- sudden death during sex is more common with a prostitute
- Kinsey used a tootbrush (bristle end) for masturbatory purposes
- sex has the power to stop stutters temporarily, and enables you to lose peripheral vision. It can also relieve
leg stiffness and muscle spasms in cerebral palsy sufferers for an average of eight hours using a rectal probe electroejaculator.
- 70% of women fail to orgasm through intercourse without clitoral stimulation
- 1 in 5000 women are born without a vagina so some doctors fashion va-jay-jays out of intestines or rectums (why would a man NOT want to sleep with you if you have a rectina?)
- the clitoris is in the va-jay-jay of a domestic sow (how unfair!)
- if the distance between your clitoris and urethra is less than the width of your thumb you are more likely to come
- shorter women and women with smaller breasts have been shown to orgasm more easily
- neoclitoris = transgendered clitoris made up from a stitched-in-place nub of penile glans tissue
- G spot comes from Ernst Grafenberg who first wrote about this "erotic zone"
- Denmark's National Committee for Pig Production recommends sexually stimulating the pig during artificial insemination since there is a 6% higher success rate in such pigs. There is a Five-Point Stimulation Plan which details how this should be done. Some inseminators even jump onto the back of the pigs to stimulate the real life experience of copulation. There is even a vibrator known as the The Reflexor that can bring about orgasm in the sow though few farmers use it (only 1%). The Government has issued an explanatory dvd showing exactly how the sows should be stimulated. The movie itself sounds majorly amusing - the man in the dvd gets the sow off whilst the cameraman focuses on a ring on the farmer's left hand. I mean, sure, he's married so there's nothing suss. CLEARLY.
- 26-28% college age rural males have had "some animal experience to the point of orgasm" according to Kinsey, ps, I love Kinsey
- one study came out that said that women who use condoms are more depressed than those who don't. They suggested that the ejaculate may have some happy effect on women. The pill, however, does quench sexual urges forcing women into a "permanent menopause". How bizarre-o. Perhaps if you're on the pill, you don't feel so mightily disappointed because your libido is quietened? Thus why the 'no condom' women are happy people? Too many weird factors come into play. I rule this study RIDICULOUS.
- masturbation can be a way of medicating menstrual pains and backache. Perhaps you're simply taking your mind off the pain/disturbance? I find masturbation helps when you feel like crapola. POINT: everyone should masturbate more for health reasons.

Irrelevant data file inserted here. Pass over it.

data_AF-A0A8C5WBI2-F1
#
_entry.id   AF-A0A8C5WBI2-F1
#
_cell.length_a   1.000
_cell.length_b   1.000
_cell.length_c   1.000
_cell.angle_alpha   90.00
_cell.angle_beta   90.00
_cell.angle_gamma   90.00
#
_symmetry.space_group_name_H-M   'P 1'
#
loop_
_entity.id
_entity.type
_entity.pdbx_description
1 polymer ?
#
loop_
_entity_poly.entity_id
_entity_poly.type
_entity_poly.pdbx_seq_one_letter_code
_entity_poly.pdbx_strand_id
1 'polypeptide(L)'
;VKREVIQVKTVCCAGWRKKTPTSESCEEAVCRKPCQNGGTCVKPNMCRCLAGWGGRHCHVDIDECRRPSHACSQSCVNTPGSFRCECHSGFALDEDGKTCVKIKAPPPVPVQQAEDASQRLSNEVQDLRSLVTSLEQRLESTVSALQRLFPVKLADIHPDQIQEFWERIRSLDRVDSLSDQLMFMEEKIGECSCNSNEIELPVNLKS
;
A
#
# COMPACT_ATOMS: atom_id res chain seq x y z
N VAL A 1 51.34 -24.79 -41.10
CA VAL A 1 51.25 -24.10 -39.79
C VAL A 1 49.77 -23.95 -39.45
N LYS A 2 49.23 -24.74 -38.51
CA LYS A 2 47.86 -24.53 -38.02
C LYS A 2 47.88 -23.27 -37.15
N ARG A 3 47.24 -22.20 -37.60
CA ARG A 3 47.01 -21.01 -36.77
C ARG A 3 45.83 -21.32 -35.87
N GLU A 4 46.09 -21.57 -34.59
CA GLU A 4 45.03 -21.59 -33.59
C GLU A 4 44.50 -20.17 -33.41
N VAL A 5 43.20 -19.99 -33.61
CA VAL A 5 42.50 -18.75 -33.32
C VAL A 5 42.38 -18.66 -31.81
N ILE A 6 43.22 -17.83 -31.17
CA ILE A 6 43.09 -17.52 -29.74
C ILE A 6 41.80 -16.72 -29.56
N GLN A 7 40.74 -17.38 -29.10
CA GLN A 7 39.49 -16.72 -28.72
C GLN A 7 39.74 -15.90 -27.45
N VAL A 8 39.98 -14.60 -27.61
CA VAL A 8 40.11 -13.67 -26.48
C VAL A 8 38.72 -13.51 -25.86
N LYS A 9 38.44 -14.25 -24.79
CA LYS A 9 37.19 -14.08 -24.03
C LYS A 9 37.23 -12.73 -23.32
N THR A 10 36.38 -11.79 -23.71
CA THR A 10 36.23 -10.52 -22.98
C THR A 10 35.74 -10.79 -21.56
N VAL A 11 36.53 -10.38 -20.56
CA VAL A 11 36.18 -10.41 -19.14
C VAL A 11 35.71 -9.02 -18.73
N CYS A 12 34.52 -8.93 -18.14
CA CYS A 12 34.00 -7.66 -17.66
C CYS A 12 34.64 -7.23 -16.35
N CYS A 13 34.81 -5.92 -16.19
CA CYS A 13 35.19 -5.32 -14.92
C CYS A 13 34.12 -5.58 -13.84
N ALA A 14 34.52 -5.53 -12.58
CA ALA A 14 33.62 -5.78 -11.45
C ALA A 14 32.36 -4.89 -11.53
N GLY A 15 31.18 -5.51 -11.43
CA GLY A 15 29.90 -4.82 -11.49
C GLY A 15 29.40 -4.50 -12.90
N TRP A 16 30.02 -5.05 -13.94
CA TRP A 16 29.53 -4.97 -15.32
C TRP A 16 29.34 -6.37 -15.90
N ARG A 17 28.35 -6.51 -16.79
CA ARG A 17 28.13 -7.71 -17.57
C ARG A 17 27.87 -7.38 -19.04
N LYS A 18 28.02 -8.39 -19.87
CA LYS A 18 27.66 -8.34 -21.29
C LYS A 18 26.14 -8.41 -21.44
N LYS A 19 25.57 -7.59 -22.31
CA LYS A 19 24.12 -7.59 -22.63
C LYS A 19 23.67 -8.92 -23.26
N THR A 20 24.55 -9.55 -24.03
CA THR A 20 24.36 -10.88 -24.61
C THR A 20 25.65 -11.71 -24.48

- Apparently marijuana and Ritalin can increase your chances of reaching orgasm. Few studies have been done on this, however. I can imagine it would be difficult to get funding for an "illegal" substance.
- Women who cheat have sex more with their boy toy in the middle of their cycle.
- A study
in Chicago discovered that the smell of cologne, cherry and barbeque meat actually decreased vaginal blood flow. Cucumber and candy smeels increased blood flow by 13%.

to be continued brudderzzzzz...


the end of an era.

It was the stuff you read about in science fiction novels. 63-year-old William Sheridan from New York, whilst waiting for a compatible heart donor, drew pictures as a way of killing time. His 2D stick figures bore no semblance to the world around him and mirrored those that you might find in a kindergarten. A heart transplant later, this all changed. Sheridan’s childlike drawings transformed into creative and artistic depictions of landscape and wildlife; of billowing brooks and wild imagination. You see, the transplanted organ had belonged to 24-year-old Keith Neville, a stock broker with a passion for art and once it was relocated into Sheridan’s body, the New Yorker had indeed, a change of heart.

Sheridan isn’t alone in this phenomenon. Over 70 personality change cases have been recorded following heart transplants, unlike any other organ. James Clark in the United Kingdom, never one for romance, all of a sudden started to write passionate poetry for his wife after receiving a transplant from an amateur poet. You have to ask the question, does a life threatening operation simply put things into perspective, making one more open to trying new things and experiencing life to the fullest or does the heart have some sort of mysterious connection to emotion and our personality?

Aristotle and the ancient Greeks 2500 years ago saw the heart as the seat of the spirit and the rational soul. When you feel bad after a sudden loss in your life there’s this tightness in your chest and it feels as though your heart is beating irregularly. It’s little wonder that so many years ago, it was seen as the centre of love and emotion. By the late 19th Century with advancements in medicine and technology, the important relationship of the brain to intelligence and emotion became established. Despite the growing evidence that the heart is merely a responder to stimulation by the brain, there is a growing movement among scientists that is trying to reverse this understanding. Some scientists are now convinced that the heart is so much more than just a biological pump; it may have memory and emotional intelligence.